KARACHI: If there is one thing that stands out in the outgoing government’s seemingly bad report card, it is the massive increase in prices of almost everything that’s sold on the market and outside it.

Analysts agree that the 16 months of the coalition government’s rule have left an unbearable burden on consumers on the back of whopping price hikes in food items, transport charges and power and gas utility bills.

There have been many factors behind this unrelenting inflation, including higher global commodity prices and the rupee’s free fall against the dollar that further escalated the cost of imported goods. Besides, the government caved into almost all demands of the International Monetary Fund to secure loan instalments, adding to the miseries of citizens.

Meanwhile, goods manufacturers in the private sector have enjoyed a free hand to keep raising prices at whim.

Cost of living doubles for most citizens as price of almost every item sees massive jump

Wheat flour rates hit record highs despite a good wheat harvest of 27.63 million tonnes and imports of 2.73m tonnes during the previous fiscal year, costing over one billion dollars.

Flour millers kept pushing up the flour rates, citing delays in the release of wheat by provincial governments, dependence on costly wheat from the open market, almost a 100pc rise in procurement price offered to wheat growers, and the smuggling of wheat to Iran and Afghanistan.

The rest of the damage was done by the influx of investors, hoarders and speculators in the wheat and sugar sectors, on which no serious progress was made to recover the piled-up stocks.

Another notable jump came in ghee and cooking oil prices despite an 8.5pc jump in imports of palm oil to 3m tonnes during 2022-23.

The most shocking jump was witnessed in power bills due to a rising tariff of Rs7.5 per unit and a further jump in various upward adjustments in different charges.

A massive hike in petrol and diesel rates by over Rs100 per litre also burdened already hard-pressed consumers, who are still waiting for the much-touted positive impact of the import of 100,000 tonnes of Russian crude.

Gas charges up to 3.3719 per million British thermal units have risen to Rs295 from Rs141.57.

Mohammad Sohail, CEO of Topline Securities, said average inflation over the past 16 months has been 27pc, resulting in an equivalent increase in the average cost of living.

Significant rupee devaluation and higher international commodity prices were the main reasons for the rise in food prices, as the country imports most food items or they are linked with the dollar parity, he said. Besides, higher local fuel prices, again linked to international prices, also stoked food inflation.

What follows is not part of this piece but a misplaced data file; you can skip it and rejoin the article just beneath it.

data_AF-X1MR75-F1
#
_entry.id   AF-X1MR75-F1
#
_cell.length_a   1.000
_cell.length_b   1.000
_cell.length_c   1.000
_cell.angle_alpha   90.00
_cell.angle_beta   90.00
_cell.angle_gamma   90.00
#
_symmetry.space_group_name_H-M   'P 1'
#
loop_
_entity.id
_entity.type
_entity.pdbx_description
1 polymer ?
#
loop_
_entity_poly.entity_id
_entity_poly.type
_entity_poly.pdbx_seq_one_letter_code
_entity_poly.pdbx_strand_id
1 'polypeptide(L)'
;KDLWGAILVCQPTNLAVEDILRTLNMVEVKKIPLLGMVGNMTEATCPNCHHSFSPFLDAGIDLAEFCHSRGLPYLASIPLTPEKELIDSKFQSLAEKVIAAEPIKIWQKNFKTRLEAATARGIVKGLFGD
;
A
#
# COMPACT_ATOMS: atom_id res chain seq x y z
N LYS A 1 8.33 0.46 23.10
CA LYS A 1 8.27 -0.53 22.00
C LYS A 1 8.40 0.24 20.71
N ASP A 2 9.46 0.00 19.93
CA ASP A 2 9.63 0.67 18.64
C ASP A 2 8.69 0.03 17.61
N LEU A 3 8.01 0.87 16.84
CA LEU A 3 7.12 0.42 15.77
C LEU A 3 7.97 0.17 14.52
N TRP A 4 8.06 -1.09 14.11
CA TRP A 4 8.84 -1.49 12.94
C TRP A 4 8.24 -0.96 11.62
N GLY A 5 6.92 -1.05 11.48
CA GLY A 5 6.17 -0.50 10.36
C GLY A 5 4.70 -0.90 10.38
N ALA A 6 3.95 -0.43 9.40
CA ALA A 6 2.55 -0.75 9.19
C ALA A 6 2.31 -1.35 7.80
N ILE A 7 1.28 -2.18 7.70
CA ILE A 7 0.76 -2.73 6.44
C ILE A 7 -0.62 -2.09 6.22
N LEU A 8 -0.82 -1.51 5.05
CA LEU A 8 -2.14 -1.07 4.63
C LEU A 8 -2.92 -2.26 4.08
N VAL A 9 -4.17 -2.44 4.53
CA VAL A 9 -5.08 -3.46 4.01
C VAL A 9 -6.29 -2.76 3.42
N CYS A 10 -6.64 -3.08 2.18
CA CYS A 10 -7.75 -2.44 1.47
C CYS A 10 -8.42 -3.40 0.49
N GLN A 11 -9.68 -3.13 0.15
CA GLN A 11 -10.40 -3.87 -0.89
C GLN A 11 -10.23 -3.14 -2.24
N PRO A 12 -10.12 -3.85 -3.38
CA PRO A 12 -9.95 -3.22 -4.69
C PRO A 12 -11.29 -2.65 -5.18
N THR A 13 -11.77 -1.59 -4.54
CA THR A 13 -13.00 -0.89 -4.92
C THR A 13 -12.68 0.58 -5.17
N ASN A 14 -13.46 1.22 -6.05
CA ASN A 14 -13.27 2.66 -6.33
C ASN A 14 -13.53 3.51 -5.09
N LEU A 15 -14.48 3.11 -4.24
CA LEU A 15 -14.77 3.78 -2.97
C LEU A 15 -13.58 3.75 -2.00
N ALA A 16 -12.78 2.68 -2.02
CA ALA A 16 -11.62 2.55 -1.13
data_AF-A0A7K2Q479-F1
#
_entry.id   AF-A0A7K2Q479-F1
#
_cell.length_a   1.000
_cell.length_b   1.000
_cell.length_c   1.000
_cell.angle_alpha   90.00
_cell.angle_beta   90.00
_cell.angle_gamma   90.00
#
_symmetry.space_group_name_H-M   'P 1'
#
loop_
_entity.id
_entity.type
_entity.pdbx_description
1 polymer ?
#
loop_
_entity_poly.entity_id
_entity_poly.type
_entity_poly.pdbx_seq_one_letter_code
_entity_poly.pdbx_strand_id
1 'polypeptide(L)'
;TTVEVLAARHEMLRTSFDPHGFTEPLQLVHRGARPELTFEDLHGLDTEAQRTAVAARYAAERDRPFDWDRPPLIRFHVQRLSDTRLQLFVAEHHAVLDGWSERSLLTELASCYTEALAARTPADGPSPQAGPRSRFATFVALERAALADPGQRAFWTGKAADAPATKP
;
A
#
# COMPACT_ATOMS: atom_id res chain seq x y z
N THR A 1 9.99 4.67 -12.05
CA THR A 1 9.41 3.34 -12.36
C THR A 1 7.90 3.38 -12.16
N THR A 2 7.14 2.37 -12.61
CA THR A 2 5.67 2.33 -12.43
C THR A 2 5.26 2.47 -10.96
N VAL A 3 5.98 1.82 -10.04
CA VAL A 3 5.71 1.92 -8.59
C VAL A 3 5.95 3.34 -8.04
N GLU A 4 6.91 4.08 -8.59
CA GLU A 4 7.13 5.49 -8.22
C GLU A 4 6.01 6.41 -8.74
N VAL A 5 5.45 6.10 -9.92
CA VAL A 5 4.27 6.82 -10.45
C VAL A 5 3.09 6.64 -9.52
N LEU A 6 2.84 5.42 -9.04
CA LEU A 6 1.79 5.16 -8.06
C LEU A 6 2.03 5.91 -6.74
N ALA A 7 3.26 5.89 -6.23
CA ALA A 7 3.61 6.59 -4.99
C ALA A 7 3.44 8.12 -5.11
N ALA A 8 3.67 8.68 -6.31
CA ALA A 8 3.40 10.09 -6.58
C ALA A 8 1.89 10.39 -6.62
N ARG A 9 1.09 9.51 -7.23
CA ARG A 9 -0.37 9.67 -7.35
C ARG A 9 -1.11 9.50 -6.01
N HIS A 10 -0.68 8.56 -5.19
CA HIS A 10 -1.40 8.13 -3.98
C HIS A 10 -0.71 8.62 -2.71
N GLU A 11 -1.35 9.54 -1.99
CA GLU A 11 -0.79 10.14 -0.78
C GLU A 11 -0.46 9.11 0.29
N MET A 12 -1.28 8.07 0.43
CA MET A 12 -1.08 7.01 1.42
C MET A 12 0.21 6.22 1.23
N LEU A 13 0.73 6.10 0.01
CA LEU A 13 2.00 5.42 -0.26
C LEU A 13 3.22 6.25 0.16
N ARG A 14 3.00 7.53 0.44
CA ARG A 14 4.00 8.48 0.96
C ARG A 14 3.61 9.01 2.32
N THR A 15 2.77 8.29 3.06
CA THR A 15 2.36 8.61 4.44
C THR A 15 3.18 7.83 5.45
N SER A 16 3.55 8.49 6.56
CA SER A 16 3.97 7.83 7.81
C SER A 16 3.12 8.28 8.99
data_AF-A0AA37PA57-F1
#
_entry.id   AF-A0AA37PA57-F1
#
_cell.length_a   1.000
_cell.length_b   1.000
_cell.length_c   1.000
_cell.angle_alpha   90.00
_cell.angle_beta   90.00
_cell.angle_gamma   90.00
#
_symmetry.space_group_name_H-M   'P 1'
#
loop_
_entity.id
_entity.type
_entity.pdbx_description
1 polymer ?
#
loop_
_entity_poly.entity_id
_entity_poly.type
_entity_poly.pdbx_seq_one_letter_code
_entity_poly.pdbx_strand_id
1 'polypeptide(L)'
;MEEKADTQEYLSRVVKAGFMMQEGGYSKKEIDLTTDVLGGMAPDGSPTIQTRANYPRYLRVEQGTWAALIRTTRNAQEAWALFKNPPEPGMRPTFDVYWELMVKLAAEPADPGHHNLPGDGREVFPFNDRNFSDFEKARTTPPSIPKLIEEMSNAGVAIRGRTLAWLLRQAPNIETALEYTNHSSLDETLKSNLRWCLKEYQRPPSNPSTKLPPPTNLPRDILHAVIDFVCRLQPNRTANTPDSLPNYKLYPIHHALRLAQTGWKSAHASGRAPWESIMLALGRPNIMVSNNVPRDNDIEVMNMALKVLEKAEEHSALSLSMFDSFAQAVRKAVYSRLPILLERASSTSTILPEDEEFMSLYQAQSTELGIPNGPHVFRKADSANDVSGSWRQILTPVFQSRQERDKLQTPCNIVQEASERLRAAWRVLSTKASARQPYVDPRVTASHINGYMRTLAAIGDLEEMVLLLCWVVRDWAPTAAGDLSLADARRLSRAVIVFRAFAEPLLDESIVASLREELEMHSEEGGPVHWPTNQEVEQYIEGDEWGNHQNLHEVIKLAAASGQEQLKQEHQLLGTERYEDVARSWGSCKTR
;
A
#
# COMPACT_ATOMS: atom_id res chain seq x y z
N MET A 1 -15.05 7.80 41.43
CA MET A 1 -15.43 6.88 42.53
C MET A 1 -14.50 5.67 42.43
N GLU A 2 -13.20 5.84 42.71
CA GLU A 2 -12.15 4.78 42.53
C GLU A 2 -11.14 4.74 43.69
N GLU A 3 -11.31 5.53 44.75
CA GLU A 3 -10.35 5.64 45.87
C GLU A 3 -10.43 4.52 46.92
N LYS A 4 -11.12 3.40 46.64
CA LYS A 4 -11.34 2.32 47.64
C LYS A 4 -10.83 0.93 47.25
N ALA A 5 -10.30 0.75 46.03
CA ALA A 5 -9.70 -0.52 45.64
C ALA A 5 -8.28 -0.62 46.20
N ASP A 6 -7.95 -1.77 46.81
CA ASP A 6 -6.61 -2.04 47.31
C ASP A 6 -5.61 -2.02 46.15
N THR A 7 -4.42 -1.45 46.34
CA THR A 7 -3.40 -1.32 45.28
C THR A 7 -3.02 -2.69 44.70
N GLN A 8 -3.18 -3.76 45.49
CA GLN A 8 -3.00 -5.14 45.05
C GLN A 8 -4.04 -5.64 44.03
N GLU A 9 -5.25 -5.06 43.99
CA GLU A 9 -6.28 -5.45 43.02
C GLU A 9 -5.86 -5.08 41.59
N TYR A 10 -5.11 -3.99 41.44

However, Mr Sohail added that these factors were not within the government’s control, making it unable to control prices and gain the support of the masses.

He was confident that securing the IMF deal along with other inflows would ease pressure on the economy in the short term. However, to ensure the long-term stability of the economy, “we must make difficult decisions to steer it back on track”.

“With that being said, it’s unlikely that consumers will experience significant immediate relief. Some relief in the form of less increase in inflation can be seen,” he said, adding that gas tariff has gone up by 30-40pc.

“We believe consumers will remain under pressure in the caretaker government set-up but will get some relief since we see average inflation to come to 21pc in FY24 from 29pc in FY23,” he added.

Mr Sohail expected the cost of doing business, impacted by the rupee-dollar parity and interest rates, to start normalising in the second half (January-July) of this fiscal year.

He also expected the automotive and consumer appliance sectors to “continue to experience slowness”, primarily due to the impact of elevated inflation and higher policy rates.

Rauf Ibrahim, the chairman of the Karachi Wholesale Grocers Assoc­iation (KWGA), noted that the cost of living had almost doubled because of massive hikes in prices of food items, utilities and transport.

Another key factor behind the rising living costs for most parents was higher education expenses due to rising prices of books, notebooks, school and college fees, and school and public transport.

He regretted that a lack of government oversight had led to the hoarding of wheat, sugar and rice and speculation on their prices.

One example of the government’s lack of writ was that it couldn’t implement the closing of shops by 8pm and marriage halls by 10pm, Mr Rauf said.

He said the Rs30 billion subsidy to provide essential items at subsidised rates at over 500 utility stores in the country had remained a flop idea as these stores were operating in upper-middle-income or posh areas. “Only 20pc of poor people are benefiting from these stores,” he said.

Mr Rauf hoped that the new interim government set-up might take stock of the situation and devise policies to pull the country and consumers out of these financial troubles.


Due to a calculation error, the chart published earlier with this story misrepresented the percentage increase in the prices of various goods mentioned. The chart has since been updated.


Published in Dawn, August 9th, 2023

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